Welcome to the first of many posts on sustainable and simple living!

There will probably be a lot of DIY in this category, since, well, sustainable living means doing it yourself instead just going out and buying it. At least, it does for me. And seriously, I get a real jazz out of doing something myself. Not just because it saves money and saves me from accumulating MOAR STUFFS, but because new skills are awesome.

So, new skills. New skills could be anything. Anything in the world, ever. Just has to be something that you’ve never done before but totally wanted to.

Like, darning socks.

(I prefer to say soxen. Because the plural of socks should be soxen the way the plural of ox is oxen. Which also means the plural of box is boxen. Natch.)

So yeah. I’d always wanted to know how to darn socks. It was one of those things that people did in the books I’d read as a kid. Doesn’t it sound like such an Old World, do-it-by-the cozy-fire-like-they-did-in-Dickens thing? (I am aware that there weren’t many cozy fires in Dickens. Now.)

I knew how to sew up rips and tears; I figured all that out somewhere in my tweens. But if it was a real and proper hole, not just a rip, well that needed something more impressive. It need *reweaving*. And that was the part that always got me nervous. How could I create more fabric? Didn’t that take a lot of Knowing?

Turns out, no. It totally doesn’t.


First, we gather Ye Olde Materials.

Materials I'm using for sock darning

Ye Olde Materials


I had a bag full of wool soxen (see? it works) that I’d been accumulating every winter when I wore holes in them. I just couldn’t throw them away. They were totally fine except for the holes. Poor little soxen; they just needed a little Love.

Turns out that to darn properly, one needs something to darn them on. This ‘egg’ was among the stuff in my hubby’s grandmother’s sewing stash. When she passed away, the stuff was bequeathed to me, since I’m the only one in the family who knew how to use it. (Hell, I was the only one who knew what some of that stuff *was*.) I’d also been told by an elderly patient of mine many years ago that his mom used to darn soxen over the bottom of a glass, so I got one of those too. I could compare the egg to the glass…for SCIENCE.

Conscious Elegance Darning Socks 2 wm

Our tools of Choice

And we needed some darning yarn. I decided to designate the worst pair as the Sacrificial Soxen. Because really, these were pretty bad:

Socks wholly worn

Holy Socks, Batman.
(yes I went there)


(Admittedly I’m embarrassed that I wore these out so badly. But…they were great and they gave their all.)

So I cut off the cuff and started unraveling:


Sock unraveling

Unraveling on purpose 


and eventually had a wee little ball of reclaimed wool:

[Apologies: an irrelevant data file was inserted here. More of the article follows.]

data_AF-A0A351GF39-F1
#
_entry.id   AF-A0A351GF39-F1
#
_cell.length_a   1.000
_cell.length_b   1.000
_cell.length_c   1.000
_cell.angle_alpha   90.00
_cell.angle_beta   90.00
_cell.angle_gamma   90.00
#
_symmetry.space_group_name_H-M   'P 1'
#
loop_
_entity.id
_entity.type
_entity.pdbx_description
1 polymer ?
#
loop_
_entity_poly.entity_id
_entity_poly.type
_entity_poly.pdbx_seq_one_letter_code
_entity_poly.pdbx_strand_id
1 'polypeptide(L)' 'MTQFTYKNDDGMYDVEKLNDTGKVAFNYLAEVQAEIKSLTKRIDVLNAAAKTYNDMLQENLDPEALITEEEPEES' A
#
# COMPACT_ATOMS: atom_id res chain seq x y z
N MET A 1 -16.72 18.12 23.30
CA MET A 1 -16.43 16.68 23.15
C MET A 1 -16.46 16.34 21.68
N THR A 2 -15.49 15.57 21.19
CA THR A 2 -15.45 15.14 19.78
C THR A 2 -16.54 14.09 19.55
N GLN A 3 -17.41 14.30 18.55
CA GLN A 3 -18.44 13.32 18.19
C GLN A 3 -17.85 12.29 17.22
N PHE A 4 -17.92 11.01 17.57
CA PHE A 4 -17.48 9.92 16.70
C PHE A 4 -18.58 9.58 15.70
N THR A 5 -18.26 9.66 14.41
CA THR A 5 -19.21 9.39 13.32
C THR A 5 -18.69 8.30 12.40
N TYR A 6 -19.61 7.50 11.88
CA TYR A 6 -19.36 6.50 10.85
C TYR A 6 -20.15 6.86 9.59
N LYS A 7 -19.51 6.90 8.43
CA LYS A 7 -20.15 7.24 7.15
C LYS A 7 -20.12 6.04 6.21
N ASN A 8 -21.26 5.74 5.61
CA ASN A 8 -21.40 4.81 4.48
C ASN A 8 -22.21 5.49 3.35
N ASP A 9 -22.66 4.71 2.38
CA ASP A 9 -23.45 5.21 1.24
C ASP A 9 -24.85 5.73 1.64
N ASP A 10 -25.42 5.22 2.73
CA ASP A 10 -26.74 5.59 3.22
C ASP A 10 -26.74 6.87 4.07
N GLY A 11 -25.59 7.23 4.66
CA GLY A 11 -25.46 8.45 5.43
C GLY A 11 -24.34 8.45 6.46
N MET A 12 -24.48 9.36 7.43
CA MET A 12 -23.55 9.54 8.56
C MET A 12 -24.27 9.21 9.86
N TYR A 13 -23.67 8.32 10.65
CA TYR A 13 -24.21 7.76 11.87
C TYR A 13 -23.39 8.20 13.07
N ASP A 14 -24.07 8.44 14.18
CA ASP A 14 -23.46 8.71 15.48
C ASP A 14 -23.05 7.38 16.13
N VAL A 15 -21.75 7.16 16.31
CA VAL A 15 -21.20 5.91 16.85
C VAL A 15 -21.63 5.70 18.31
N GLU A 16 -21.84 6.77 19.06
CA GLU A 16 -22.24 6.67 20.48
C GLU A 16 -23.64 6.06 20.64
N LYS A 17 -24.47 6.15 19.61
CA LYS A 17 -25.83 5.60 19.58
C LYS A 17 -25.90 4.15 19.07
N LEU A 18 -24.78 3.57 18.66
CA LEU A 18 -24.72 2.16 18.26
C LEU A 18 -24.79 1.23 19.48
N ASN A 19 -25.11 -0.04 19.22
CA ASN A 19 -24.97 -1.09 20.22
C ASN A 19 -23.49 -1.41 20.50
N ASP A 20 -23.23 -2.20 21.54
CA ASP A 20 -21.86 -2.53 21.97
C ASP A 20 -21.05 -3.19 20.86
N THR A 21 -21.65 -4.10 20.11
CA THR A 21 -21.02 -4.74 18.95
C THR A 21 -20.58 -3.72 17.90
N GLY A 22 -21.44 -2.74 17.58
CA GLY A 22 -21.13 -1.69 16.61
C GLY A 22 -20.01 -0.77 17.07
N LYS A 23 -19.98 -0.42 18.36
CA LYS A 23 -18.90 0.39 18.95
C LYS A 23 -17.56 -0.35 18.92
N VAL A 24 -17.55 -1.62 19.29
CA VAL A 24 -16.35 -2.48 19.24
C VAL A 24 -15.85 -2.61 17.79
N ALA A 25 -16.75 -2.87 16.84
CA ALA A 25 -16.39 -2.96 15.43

Ball of reclaimed wool

Regressive knitting

Doesn’t it look like there should be a kitten in the next photo? I learned here that creating a wee little yarn ball did not in fact summon a wee little kitten. Sadness.

So, here’s how the sock goes over the egg (turn it inside out first):

Sock over a darning egg

Eggses in Soxen

and then we run the yarn all around the hole, over and under, to make a border. Because we can’t get too crazy and go beyond the borders. There would be chaos.

sewing a border all around

Establishing a perimeter

(oh, and by the way? No knots. Just leave a tail of yarn at the end, like in the piccie. No need to give yourself that headache. Knots in the bottom of a sock? SO UNFUN). Once we have the border, we start running yarn back and forth along the y-axis, with a bit of slack at each edge so the yarn won’t pull when you wash it:

Sewing across the hole

Starting across


More and MORE !

Continuing to run thread across

Keep going…

and then once that’s all done, we give the whole thing a 90-degree turn and do that over-under thing. THIS IS THE WEAVING PART THAT HAD ME SO FREAKED. Yes, really. Turns out it’s wicked easy; like making a potholder. Don’t laugh; I’ll bet you made one when you were 8.

Starting to weave

Crossing the streams


and there you go:

weaving continues


See the two ends of the yarn? Those just stay there. I think that you’re supposed to tie them off or tuck them in but I can’t be bothered and I don’t want to make knots anyway. I’m not sure it’s a problem. Here’s the outside:

darned sock outside view

So pretty…


Did that go by too fast? Well, I did it all again, this time with the glass instead of the egg. Now that you know the steps, you can sing along:

Sock stretched over glass

Sock over glass bottom


Make a thread-border, then run straight lines…

Darning across the hole

Run for the border…

Then over and under…

weaving the threads


Okay, that’s just purty…

Darned sock, inside view

All done on the inside!


Darned sock, outside view

All done on the outside!

Here’s the entire sock in all its Glory. Yes, glory. Why? Because now I can wear it again!


Completed darned sock

Welcome back, my old friend.

The darning is now complete…when I left you I was but a learning now I am the Master….aaaand I still have the cuffs from the Sacrificial Soxen. I think I’ll make wrist-warmers out of them. That’ll be another blogpost.


[User Testing Update: I’ve machine washed the darned soxen several times now and nothing has come undone. I conclude that knots in the sewing are totally unnecessary.]

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